Godly Counsel with PASTOR PHILLIP KATAI
Every so often on a Saturday or Sunday night, my husband is out with friends – meeting other friends at a pub or hanging out at a friendâ€™s house.
I am desperate for time alone. I want to get my husband early home to spend time with me especially on weekends when he is off duty. Is it not good for us to do so?
ANS: Dear sister,
Friendship is one of Godâ€™s very good gifts to humankind. And we have to treasure it. Weâ€™re refreshed and invigorated by the time spent with friends we can be real with.
Good friends help us sift out the chaos and stress of our life and get back down to who we really are.
Christian friends help us see God even in our pain or failure or brokenness. So, they help us grow a deep-rooted faith. (I Corinthians 15:33-34).
Along with accountability and spiritual encouragement, friendship can offer us fun. Laughter, joy, destressing, keeping our guard up, telling dumb jokes, enjoying good food, revisiting old memories, and building new ones together – these light-hearted aspects of friendship are also part of Godâ€™s good gift to us.
We see the powerful example of committed friendship in David and Jonathan (I Samuel 18:1-4); in Ruth and Naomi (Ruth 1:16-17); in Jesus and his close friendships with people like Mary, Martha, and Lazarus (John 11:1-5). Friendships like these strengthen and shape us. These important and enriching relationships deeply bless us and better us to face the tough road of life. And our need for them doesnâ€™t disappear when we marry.
However, if one spouse is constantly going out with friends while the other stays home, thatâ€™s unhealthy.
If outside friendships are prized above the marital friendship, thatâ€™s unhealthy, too. And just as unhealthy is when a spouse denies anotherâ€™s need for outside friendships; when a couple places an unhealthy burden on their marital relationship, expecting their union to meet all their relational needs.
I certainly would not be happy if my wife went out with friends too much, weekend after weekend. In the give-and-take nature of marriage, itâ€™s best to try to strike a balance of taking time out together.
So madam, be his partner not his mummy. By â€œmummyâ€ I mean where your husband has to be treated like a boy who should ask for permission from you to go out or when he is out you text and call him, checking up on him, to enforce a curfew.
Certainly, none of us would want to have to beg to spend time with a friend, waiting to see if our spouse would shame us for asking. Jesus urges to treat others as we would want to be treated (Matthew 7:12). This, therefore, calls us to honouring our spouseâ€™s need by supporting rather than nagging or shaming. Blessings!
How I lived and overcame my double life
I wish to share with your readers how I lived and overcame my double life as a secret addict. I was afraid of being found out, but then Jesus found me.
I could quickly read people and become the friend they were looking for, editing my likes and dislikes in accordance with their opinions.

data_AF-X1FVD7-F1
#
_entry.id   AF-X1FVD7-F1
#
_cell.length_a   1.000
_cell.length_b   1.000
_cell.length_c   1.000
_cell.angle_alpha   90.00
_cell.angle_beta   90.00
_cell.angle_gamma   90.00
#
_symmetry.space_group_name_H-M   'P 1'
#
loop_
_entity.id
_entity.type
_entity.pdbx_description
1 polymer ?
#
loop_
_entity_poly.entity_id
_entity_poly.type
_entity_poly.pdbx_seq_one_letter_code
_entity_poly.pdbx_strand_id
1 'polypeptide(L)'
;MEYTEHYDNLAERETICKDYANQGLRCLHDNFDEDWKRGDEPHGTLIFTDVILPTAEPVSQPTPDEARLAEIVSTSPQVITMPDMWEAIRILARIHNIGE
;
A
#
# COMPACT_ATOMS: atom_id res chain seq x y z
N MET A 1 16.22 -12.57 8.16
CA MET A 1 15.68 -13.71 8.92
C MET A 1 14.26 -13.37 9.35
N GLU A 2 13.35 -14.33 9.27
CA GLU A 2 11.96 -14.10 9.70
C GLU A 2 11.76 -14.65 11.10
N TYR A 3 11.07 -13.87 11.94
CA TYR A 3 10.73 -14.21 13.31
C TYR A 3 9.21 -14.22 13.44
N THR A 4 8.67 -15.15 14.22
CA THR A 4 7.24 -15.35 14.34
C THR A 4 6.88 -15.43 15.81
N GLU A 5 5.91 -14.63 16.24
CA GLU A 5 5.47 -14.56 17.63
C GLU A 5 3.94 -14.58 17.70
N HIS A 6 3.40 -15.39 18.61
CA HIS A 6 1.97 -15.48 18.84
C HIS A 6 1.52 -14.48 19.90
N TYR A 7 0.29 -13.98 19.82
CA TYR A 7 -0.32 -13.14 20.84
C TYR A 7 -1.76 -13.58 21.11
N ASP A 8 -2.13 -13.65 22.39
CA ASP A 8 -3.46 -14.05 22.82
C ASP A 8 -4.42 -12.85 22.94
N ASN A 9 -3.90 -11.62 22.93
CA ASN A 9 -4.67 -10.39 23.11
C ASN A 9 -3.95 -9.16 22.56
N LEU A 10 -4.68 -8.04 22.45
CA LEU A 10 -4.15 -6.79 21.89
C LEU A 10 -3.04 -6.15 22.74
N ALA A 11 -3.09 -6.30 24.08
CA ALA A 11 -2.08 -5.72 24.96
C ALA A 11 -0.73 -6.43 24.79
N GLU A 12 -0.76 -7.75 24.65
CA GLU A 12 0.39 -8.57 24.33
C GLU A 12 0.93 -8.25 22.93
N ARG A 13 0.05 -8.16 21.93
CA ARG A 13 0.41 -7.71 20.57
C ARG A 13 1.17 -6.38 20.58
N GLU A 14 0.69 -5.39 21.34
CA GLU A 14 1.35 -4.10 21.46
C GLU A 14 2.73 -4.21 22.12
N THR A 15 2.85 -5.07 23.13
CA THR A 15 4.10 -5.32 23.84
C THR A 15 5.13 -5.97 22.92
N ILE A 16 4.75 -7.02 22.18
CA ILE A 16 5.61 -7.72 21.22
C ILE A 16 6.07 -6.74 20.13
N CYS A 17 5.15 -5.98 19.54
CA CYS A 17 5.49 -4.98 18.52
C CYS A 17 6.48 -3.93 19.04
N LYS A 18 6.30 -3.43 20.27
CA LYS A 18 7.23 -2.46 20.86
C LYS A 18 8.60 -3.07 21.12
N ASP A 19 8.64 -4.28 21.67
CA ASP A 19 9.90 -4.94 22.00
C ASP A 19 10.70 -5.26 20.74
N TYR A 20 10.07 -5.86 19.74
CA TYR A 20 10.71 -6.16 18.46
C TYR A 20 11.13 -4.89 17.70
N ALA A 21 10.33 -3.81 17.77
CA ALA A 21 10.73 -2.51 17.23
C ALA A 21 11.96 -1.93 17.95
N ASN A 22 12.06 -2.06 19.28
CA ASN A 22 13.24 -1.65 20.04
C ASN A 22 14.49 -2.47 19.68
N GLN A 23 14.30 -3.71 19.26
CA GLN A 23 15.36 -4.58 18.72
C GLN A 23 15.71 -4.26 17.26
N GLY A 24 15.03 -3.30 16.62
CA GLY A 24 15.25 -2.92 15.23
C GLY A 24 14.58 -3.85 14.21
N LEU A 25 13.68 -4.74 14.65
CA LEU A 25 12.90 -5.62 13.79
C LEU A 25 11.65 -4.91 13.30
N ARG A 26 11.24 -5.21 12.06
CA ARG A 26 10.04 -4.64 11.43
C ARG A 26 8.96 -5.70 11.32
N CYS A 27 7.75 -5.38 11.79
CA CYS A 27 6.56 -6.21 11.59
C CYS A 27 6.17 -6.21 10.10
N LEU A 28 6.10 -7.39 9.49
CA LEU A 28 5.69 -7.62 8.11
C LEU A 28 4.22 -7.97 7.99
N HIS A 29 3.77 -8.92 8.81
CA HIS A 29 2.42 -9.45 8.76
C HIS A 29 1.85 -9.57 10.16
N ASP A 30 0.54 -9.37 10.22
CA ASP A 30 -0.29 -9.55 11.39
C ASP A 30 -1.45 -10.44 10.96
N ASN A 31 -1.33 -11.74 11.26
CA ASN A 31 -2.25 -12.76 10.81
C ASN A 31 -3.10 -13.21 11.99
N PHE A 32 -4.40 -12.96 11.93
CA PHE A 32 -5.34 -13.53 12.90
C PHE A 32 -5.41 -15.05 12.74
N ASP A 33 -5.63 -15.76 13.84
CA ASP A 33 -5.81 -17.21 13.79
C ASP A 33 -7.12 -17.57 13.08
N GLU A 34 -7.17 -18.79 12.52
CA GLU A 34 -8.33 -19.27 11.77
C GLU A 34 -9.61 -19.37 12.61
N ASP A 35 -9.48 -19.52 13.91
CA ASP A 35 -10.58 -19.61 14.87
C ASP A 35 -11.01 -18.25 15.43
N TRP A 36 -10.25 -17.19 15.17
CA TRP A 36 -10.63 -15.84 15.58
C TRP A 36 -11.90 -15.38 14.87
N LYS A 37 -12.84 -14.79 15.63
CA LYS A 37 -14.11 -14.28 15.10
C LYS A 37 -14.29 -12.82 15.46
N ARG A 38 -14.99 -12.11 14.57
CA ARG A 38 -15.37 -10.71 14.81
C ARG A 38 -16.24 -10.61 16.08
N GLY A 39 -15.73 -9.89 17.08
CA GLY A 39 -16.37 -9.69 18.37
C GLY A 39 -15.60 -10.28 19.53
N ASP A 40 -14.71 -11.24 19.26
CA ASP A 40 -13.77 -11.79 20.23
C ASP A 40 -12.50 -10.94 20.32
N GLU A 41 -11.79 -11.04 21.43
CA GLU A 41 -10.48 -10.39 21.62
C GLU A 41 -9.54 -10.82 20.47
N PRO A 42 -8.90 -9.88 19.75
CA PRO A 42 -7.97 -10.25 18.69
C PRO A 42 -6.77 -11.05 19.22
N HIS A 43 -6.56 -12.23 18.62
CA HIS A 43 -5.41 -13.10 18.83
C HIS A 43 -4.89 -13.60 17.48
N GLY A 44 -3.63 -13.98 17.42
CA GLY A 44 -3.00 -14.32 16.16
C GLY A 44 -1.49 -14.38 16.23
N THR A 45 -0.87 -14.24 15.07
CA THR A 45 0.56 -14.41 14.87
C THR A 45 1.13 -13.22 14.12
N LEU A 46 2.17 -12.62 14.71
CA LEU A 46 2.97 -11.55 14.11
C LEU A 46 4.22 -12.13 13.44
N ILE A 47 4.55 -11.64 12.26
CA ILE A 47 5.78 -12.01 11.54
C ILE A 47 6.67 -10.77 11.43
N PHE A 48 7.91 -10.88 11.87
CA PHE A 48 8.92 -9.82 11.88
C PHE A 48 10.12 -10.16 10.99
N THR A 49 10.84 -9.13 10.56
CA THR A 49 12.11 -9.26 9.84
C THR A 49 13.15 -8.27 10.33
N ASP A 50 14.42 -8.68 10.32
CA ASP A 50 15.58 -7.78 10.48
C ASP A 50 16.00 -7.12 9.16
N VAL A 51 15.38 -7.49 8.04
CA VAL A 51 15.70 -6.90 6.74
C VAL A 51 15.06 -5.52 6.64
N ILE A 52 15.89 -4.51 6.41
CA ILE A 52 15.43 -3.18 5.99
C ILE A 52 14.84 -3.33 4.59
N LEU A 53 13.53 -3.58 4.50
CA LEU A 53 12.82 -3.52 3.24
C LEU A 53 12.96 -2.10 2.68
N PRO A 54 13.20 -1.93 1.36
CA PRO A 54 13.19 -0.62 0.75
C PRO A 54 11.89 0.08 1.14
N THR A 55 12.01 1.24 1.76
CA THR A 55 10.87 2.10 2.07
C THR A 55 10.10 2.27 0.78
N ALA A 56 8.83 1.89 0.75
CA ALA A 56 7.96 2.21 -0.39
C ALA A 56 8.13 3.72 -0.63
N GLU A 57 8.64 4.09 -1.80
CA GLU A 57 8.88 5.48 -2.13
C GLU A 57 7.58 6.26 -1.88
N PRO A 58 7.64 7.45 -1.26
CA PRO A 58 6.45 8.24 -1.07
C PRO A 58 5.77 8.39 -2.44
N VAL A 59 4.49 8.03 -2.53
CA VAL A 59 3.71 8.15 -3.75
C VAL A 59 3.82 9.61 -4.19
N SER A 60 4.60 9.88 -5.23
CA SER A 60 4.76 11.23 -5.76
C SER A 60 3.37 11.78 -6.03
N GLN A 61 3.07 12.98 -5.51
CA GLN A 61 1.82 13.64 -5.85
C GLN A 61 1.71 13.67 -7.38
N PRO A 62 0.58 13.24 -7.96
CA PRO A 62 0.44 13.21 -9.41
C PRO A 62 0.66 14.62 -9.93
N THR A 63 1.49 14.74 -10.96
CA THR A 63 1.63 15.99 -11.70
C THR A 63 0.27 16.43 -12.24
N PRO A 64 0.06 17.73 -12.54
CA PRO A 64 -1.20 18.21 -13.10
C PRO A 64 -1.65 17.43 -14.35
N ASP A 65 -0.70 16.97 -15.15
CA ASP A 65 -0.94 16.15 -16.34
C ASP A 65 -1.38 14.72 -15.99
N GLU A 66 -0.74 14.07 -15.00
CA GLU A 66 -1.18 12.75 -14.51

I could be funny, serious, the star, whatever the situation called for. I preferred being the person one wanted but the moment they discovered the depth of my addictions, they would recoil or hate me.
I had a wonderful husband, beautiful home, successful career, and new car. My carefully created image had to be upheld, risky though it was.
I hid my shameful secrets for years, until the pain of living with addiction became worse than the fear of others finding out about my addiction.
There, in that tiny crack of grace, I somehow found enough courage to ask for help.
I had a crippling addiction to drugs, alcohol, sex, and prescriptions, what have you, and I could not believe that anyone had ever done the shameful things I had done.
I am happy to note that we are designed to live in community – yes even to suffer in community.
Jesus wasnâ€™t crucified in a private valley away from curious eyes, but instead on a hill in plain sight. He wanted to make sure we knew he understood the depths of human suffering and despair that pain is not the end of the story.
Jesus met me exactly where I was: standing on the corner of desperation and despair, a drink in my hand, when he whispered, this is not working.
Iâ€™m not downplaying anyoneâ€™s personal pain or struggle. Facing addiction and seeking help is not easy. But I donâ€™t want anyone to die, as I was so close to doing, from a self-diagnosed case.
All you need is to want to get better just a little more than you want to die. There, grace will appear.
ANS: Dear sister,
Thank you for coming through to Godly Counsel to share with us your experiences and how you were caught up with the grace of God on the other side of your life to be where you are today. May it inspire those who may be grappling with similar challenges in life. Blessings!
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I am single lady aged 30 looking for a mature true God-fearing man never married before and with no child, aged 33-35, not above, within Lusaka. Sms me on 0971-445613.
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TIP OF THE WEEK
Marriage: If you remain faithful throughout the duration of your marriage, it wonâ€™t simply be because you love your spouse, but it will be because of how much you love the Lord. Blessings!
More answers in the next edition and ensure you get a copy every Sunday. Meanwhile letâ€™s continue interacting via email email@example.com or firstname.lastname@example.org or sms 0967/0955-778068. Emailing is encouraged for quick response.
Godly Counsel with PASTOR PHILLIP KATAI